Another thing that Thalattoarchon indicates was how life was recovering after the Permian-Triassic extinction, which wiped out over 90% of all life on the planet. Specialized macropredatory creatures like this big ichthyosaur only appear when communities of animal are diverse and well-established. If one lived in a community that was not like this, it would simply starve due to lack of food. Since Thalattoarchon lived only 8 million years after the great extinction, the marine life of the world had to have bounced back and specialized considerably in order to accommodate such specialized predators. Only species that were truly resilient would have survived to create these new environments, alluding to the possibility of Permian ancestors of groups like the ichthyosaurs that we haven’t uncovered yet. 

In conclusion, Thalattoarchon is the first huge badass marine predator described in 2013. Not only is it a huge marine apex predator, but one of the first. It fills in a bit of information about ichthyosaur evolution and how a devastated world bounces back after a major extinction, like the kind that not even the ichthyosaurs could avoid millions of years after this sharp-toothed predator ruled the seas.

The Sovereign of the Sea, Thalattoarchon (2013)

Phylum : Chordata
Class : Reptilia
Order : Ichthyosauria
Suborder : Merriamosauria
Genus : Thalattoarchon
Species : T. saurophagis

  • Middle Triassic (244 Ma)
  • 8,6 m long (size)
  • North America (map)

Thalattoarchon is an extinct genus of ichthyosaur from the Middle Triassic of the western United States. The type species Thalattoarchon saurophagis (meaning “lizard-eating sovereign of the sea” in Greek) was discovered in Nevada in 2010 and formally described in 2013. It is known from a single skeleton consisting of a partial skull, vertebral column, hip bones, and parts of the hind fins. The total length of Thalattoarchon is estimated to have been at least 8.6 metres.Thalattoarchon is thought to have been one of the first marine macropredators capable of eating prey that was similar in size to itself, an ecological role that can be compared to that of modern orcas.Thalattoarchon lived four million years after the first appearance of ichthyosaurs in the Early Triassic and is therefore the oldest known marine reptile to have been an apex predator. It lived eight million years after the Permian-Triassic extinction event, indicating a fast recovery of marine ecosystems after the mass extinction.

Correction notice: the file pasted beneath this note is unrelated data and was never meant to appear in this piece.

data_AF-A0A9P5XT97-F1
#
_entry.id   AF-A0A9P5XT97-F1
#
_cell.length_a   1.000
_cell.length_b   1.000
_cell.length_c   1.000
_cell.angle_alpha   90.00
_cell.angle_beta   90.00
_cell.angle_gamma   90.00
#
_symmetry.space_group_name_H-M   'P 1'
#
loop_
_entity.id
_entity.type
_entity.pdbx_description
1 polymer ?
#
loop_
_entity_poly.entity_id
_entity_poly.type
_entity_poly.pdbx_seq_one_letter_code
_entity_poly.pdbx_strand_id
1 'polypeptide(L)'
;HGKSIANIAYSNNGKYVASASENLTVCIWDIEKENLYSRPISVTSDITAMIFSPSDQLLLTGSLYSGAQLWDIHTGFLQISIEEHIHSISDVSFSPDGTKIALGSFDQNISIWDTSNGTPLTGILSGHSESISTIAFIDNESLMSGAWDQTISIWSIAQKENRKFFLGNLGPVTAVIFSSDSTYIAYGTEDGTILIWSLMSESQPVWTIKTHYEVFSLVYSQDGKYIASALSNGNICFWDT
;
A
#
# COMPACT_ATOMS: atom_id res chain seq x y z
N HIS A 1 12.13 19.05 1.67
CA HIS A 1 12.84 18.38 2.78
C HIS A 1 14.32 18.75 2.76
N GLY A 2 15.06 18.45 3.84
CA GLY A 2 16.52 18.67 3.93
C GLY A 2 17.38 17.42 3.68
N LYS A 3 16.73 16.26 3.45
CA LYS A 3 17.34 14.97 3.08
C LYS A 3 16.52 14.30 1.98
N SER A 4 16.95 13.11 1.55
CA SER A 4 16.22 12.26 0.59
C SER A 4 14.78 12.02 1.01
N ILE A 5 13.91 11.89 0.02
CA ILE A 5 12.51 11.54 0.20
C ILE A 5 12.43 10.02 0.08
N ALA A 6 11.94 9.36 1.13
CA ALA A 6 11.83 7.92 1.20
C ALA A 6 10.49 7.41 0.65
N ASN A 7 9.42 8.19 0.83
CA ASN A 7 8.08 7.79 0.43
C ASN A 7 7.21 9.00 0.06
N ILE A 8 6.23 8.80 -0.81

Thalattoarchon saurophagis


Name: Species, Thalattoarchon saurophagis

Time Period: Triassic, 245 mya

Distribution: Fossils were recovered in central Nevada.

Description: This massive icthyosaur is estimated to have grown a length of 28 feet. (8.5 meters) The largest of its blade-like teeth are four inches long. It had large eyes and, compared to other icthyosaurs, a massive head.

Diet: Thalattoarchon saurophagis is the earliest known top predator of marine food chains to feed on prey its own size.

Fun Facts: Thalattoarchon appeared only 8 million years after the Permian extinction, an event that wiped out 95% of ocean life. The appearance of a massive top apex predator so soon after a catastrophic extinction event is testament to nature’s ability to recover and adapt.